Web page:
The Soviet Union managed to extend its borders even beyond the borders of the Russian Empire during the time of the Tsars, before World War I. The Potsdam negotiations and the Potsdam Agreements were the results of this process. The Potsdam negotiations and agreements, which concluded the partition after World War II, created two zones of influence: Eastern and Western Europe. In Eastern Europe, the Soviet Union recreated the Russian Empire; in Western Europe, the history of democratic nation-states began again. It was the beginning of an era known as the “Cold War” which ended with the fall of the Berlin Wall in 1989.
During the Cold War, the Soviet Union exercised its role as a classic empire in Europe and Central Asia; but it also exercised its economic, military, and atomic power worldwide. The fall of the Berlin Wall filled with hope for the countries of the West, the citizens of the extinct USSR, and the countries dominated, until then, by the USSR Empire. In reality, what happened after 1989, with the decomposition of the USSR and the birth of independent states in Europe and Central Asia, is very similar to what happened at the end of the two world wars with the Ottoman, Austro-Hungarian, German, French and English Empires. The only one that managed to pull itself together until 1989 was the Russian Empire. The desire for independence and freedom of some countries that sought to recover, at least, the status achieved after the First World War. After what the peoples of these countries have experienced, it is not surprising that, on the one hand, they seek a protective rapprochement with the European West (EU) and fear the reactions of the “bear” that represents the Russian Federation.
The current leaders of the Russian Federation, with cynicism and hypocrisy, dare to criticize Western Imperialism, while Vladimir Putin is trying to rebuild an empire in the “old style”. But without renouncing to go ahead with the attempt of indirect world domination through, as in the times of the USSR, nuclear weapons, arms sales, and the dispatch of “advisors”. Vladimir Putin’s Russian Federation is trying to rebuild the Empire in the traditional way, without ceasing to exercise with force the Neocolonialism of which it accuses the European Union and the United States.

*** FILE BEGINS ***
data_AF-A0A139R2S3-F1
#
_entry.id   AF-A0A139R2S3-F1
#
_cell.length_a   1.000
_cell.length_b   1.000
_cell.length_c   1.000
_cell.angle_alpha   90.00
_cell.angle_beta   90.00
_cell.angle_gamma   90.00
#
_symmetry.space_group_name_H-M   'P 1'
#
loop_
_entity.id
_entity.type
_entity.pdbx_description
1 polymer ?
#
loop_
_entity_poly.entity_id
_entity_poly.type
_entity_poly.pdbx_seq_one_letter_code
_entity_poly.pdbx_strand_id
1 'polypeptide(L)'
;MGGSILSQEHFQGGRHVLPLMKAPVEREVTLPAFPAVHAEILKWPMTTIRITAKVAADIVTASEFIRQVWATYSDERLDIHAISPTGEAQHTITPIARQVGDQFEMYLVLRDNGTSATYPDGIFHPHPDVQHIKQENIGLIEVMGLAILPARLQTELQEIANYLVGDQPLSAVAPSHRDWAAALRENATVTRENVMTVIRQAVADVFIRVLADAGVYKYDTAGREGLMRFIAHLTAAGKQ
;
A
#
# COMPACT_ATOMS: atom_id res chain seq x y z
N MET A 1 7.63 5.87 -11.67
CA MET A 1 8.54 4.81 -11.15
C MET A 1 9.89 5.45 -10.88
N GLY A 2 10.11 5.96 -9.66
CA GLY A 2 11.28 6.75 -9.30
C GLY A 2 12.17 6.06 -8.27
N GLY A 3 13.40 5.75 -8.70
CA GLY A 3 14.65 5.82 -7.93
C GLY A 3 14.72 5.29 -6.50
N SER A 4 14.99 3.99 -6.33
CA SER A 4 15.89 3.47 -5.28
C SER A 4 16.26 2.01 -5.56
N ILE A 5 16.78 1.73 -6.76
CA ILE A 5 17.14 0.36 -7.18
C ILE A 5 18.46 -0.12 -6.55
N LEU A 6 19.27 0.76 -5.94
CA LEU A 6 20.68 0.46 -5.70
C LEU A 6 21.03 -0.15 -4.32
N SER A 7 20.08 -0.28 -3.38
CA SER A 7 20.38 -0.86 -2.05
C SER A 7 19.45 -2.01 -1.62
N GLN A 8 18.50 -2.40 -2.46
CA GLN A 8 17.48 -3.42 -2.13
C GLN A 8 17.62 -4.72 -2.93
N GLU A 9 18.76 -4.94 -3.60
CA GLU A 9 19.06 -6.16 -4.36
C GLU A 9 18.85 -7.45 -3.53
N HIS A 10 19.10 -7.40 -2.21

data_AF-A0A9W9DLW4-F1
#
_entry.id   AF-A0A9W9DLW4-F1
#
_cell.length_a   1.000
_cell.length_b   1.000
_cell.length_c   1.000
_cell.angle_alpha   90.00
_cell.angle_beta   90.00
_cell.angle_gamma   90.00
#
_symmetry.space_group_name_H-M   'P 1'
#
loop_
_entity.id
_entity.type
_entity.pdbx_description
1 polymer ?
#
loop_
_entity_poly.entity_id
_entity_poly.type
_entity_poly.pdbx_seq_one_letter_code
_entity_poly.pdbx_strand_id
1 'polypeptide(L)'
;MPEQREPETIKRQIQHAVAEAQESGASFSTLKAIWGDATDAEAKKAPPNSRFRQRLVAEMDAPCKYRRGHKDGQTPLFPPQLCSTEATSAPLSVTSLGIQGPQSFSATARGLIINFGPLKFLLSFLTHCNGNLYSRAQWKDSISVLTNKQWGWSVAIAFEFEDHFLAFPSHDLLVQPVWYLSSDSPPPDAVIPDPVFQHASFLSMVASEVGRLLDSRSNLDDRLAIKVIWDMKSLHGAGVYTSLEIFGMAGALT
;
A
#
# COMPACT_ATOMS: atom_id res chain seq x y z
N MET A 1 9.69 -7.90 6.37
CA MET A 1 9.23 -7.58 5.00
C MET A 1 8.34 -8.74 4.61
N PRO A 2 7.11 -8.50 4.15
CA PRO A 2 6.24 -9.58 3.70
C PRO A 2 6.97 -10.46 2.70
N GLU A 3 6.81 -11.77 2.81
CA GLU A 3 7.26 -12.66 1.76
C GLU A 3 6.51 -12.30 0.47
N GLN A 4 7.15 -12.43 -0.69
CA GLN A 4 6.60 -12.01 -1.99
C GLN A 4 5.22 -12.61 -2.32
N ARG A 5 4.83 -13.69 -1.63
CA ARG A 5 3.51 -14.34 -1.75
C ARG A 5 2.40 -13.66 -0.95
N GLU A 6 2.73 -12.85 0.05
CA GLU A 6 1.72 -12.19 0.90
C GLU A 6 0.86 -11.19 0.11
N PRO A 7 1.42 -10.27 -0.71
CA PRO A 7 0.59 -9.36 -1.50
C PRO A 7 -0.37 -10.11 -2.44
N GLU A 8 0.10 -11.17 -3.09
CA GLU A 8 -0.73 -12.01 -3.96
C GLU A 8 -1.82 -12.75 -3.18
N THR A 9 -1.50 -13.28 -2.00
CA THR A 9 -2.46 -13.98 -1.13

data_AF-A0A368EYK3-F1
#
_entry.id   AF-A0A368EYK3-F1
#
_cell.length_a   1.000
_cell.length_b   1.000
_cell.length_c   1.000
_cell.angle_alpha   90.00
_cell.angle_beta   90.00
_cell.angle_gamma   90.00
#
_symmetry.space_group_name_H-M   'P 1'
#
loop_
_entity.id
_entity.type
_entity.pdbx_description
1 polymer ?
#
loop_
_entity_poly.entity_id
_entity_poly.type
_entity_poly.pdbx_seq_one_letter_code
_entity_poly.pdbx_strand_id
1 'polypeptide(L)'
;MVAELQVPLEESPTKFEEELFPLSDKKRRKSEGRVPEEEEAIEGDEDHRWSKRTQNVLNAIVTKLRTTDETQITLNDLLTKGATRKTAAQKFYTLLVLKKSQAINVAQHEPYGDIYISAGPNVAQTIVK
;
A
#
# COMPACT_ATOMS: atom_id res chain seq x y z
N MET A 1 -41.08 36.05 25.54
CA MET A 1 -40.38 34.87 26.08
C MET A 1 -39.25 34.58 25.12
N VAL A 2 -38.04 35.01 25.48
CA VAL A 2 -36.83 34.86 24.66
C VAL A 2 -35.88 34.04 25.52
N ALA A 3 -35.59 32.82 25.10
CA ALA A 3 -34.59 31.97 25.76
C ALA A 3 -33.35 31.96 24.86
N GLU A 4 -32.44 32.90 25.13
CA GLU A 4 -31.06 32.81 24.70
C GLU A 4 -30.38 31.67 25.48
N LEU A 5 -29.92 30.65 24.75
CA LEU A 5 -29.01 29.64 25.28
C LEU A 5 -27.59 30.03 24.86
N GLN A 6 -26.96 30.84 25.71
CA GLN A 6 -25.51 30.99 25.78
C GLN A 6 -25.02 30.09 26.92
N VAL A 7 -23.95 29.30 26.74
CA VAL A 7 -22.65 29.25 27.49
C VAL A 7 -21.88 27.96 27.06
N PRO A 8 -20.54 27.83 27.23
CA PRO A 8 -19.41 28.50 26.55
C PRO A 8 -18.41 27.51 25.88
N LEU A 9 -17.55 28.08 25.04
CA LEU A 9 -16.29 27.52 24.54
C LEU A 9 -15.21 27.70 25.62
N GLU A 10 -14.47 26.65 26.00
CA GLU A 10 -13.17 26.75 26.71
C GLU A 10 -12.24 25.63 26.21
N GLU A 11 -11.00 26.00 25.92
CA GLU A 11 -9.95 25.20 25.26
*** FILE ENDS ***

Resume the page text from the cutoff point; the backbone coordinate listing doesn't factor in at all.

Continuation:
By this, I do not mean that Western Neocolonialism, especially in the case of some powers, is not a reality or, at least, a constant temptation. On the contrary, what I find unacceptable is that Vladimir Putin’s Russian Federation accuses others of imperialism when it is exercising it in all the possible meanings of the expression Empire. I wonder what Vladimir Putin would say if, in these years, Austria, Turkey or Poland had started the “conquest” of territories that belonged to their empires, with the idea of better defending their capitals and the “heart” of their nation-states.
Let the configuration, better or worse, of nation-states, give the configuration, in freedom, of zones of collaboration, of confederations or federations. It is not the time to rebuild empires, much less at the cost of massacres, but to build supranational spaces of collaboration.
Miguel Ángel Velasco cmf